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Eur J Clin Microbiol Infect Dis. 2007 Apr;26(4):229-37.

Antimicrobial therapy for Stenotrophomonas maltophilia infections.

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Department of Infectious Diseases, University of São Paulo Medical School, São Paulo, SP, Brazil.


Stenotrophomonas maltophilia has emerged as an important nosocomial pathogen capable of causing respiratory, bloodstream, and urinary infections. The treatment of nosocomial infections by S. maltophilia is difficult, as this pathogen shows high levels of intrinsic or acquired resistance to different antimicrobial agents, drastically reducing the antibiotic options available for treatment. Intrinsic resistance may be due to reduced outer membrane permeability or to the multidrug efflux pumps. However, specific mechanisms of resistance such as aminoglycoside-modifying enzymes or the heterogeneous production of metallo-beta-lactamase have contributed to the multidrug-resistant phenotype displayed by this pathogen. Moreover, the lack of standardized susceptibility tests and their interpretative criteria hinder the choice of an adequate antibiotic treatment. Recommendations for the treatment of infections by S. maltophilia are based on in vitro studies, certain nonrandomized clinical trials, and anecdotal experience. Trimethoprim-sulfamethoxazole remains the drug of choice, although in vitro studies indicate that ticarcillin-clavulanic acid, minocycline, some of the new fluoroquinolones, and tigecycline may be useful agents. This review describes the main resistance mechanisms, the in vitro susceptibility profile, and treatment options for S. maltophilia infections.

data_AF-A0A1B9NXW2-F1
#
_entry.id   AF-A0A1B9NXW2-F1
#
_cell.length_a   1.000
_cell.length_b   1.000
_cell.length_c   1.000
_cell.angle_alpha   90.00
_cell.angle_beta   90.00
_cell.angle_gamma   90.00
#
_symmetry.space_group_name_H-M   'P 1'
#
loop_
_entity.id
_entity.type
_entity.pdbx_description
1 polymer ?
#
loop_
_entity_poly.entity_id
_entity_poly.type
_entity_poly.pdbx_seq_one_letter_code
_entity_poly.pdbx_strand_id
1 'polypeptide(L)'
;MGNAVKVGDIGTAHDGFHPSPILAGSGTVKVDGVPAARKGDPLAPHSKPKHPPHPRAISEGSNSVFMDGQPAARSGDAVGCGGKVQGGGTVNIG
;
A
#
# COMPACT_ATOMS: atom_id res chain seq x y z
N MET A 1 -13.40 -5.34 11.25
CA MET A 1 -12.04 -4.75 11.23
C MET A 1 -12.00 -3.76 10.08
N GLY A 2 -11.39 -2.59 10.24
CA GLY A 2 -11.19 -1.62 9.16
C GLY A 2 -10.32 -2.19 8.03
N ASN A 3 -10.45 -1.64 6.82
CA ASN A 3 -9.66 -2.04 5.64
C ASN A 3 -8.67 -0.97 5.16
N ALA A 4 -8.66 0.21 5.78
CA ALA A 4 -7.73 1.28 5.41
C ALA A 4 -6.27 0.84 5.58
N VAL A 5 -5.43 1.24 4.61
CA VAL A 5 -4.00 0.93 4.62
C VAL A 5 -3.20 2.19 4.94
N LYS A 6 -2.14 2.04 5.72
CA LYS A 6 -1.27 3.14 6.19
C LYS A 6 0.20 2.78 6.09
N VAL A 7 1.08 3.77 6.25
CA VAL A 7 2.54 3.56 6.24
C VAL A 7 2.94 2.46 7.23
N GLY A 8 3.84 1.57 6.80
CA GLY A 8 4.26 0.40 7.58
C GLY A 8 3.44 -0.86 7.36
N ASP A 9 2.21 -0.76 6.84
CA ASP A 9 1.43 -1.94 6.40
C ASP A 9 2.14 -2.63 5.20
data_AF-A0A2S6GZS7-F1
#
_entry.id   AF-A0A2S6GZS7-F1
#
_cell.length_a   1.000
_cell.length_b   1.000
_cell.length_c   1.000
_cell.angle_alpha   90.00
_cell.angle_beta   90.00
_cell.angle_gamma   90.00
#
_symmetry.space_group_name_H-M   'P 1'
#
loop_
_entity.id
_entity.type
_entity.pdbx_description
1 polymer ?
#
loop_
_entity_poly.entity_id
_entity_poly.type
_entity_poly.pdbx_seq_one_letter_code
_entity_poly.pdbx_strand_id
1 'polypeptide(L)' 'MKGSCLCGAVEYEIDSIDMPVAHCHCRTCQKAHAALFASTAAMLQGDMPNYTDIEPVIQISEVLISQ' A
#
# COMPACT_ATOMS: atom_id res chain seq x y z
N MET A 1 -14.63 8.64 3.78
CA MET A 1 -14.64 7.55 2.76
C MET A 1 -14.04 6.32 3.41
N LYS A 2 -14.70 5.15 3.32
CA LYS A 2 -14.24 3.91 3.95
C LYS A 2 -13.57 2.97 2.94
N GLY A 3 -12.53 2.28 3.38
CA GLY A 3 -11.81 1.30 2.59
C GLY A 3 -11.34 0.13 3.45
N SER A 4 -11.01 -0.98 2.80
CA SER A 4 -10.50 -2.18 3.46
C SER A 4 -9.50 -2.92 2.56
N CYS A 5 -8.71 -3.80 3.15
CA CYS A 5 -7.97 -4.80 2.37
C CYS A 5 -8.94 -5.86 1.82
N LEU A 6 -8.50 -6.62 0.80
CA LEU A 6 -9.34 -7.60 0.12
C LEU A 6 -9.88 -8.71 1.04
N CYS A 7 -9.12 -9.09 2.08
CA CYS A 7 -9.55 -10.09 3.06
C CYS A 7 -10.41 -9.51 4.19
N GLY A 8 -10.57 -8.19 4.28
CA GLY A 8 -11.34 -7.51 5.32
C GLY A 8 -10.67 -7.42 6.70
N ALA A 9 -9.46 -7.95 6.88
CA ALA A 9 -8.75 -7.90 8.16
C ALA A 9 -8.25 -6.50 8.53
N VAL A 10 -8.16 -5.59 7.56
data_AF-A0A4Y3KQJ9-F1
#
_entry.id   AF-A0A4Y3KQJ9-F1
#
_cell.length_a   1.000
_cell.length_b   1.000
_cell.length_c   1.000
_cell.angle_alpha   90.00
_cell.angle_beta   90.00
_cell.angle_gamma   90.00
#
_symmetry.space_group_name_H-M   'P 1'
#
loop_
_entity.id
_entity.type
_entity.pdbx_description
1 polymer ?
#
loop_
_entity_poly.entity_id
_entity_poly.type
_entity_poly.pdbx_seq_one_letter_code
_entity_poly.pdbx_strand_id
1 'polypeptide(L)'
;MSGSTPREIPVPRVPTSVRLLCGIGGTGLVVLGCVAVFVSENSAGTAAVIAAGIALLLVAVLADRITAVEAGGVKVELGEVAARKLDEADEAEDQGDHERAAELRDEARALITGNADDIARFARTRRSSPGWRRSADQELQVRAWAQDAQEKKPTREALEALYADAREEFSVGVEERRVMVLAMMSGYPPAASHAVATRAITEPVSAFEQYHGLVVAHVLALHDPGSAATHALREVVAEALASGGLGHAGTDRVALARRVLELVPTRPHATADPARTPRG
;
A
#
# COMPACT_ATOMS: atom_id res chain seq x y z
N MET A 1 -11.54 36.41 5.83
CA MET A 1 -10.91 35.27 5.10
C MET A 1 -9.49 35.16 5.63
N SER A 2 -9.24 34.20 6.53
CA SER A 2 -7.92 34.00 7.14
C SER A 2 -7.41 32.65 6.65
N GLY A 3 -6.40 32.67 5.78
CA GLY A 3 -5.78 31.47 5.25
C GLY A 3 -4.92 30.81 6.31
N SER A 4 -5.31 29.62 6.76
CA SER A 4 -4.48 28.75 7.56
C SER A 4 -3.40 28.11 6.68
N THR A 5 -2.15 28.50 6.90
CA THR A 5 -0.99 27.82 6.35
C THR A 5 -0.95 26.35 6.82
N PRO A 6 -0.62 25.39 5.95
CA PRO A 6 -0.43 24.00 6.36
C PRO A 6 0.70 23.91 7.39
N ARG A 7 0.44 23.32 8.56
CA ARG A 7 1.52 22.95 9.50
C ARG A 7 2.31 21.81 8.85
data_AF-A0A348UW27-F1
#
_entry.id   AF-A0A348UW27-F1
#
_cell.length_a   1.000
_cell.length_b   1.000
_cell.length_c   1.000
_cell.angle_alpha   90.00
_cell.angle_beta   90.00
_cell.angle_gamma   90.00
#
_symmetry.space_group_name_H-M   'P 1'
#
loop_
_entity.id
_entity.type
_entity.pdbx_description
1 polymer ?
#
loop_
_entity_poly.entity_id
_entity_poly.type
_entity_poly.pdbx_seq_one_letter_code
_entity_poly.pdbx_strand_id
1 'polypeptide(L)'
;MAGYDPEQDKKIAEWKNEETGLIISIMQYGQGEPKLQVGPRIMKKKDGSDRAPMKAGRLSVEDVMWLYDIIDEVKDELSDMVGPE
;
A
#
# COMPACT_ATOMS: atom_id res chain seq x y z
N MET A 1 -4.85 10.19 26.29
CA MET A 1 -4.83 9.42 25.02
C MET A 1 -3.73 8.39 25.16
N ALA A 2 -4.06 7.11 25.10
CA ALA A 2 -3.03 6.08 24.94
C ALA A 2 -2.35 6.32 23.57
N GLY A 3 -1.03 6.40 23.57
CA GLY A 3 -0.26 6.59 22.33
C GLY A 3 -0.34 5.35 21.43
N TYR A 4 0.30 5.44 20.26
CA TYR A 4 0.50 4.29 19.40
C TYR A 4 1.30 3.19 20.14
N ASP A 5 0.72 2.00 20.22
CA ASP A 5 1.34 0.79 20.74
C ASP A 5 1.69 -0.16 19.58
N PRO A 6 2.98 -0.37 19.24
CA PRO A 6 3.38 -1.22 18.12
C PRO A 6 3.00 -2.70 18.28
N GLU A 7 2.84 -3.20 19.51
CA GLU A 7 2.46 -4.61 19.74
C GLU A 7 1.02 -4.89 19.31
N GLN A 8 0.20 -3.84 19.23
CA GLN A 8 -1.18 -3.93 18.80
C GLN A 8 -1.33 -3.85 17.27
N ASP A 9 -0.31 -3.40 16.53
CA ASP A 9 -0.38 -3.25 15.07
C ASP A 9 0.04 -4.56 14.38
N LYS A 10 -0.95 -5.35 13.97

[Indexed for MEDLINE]

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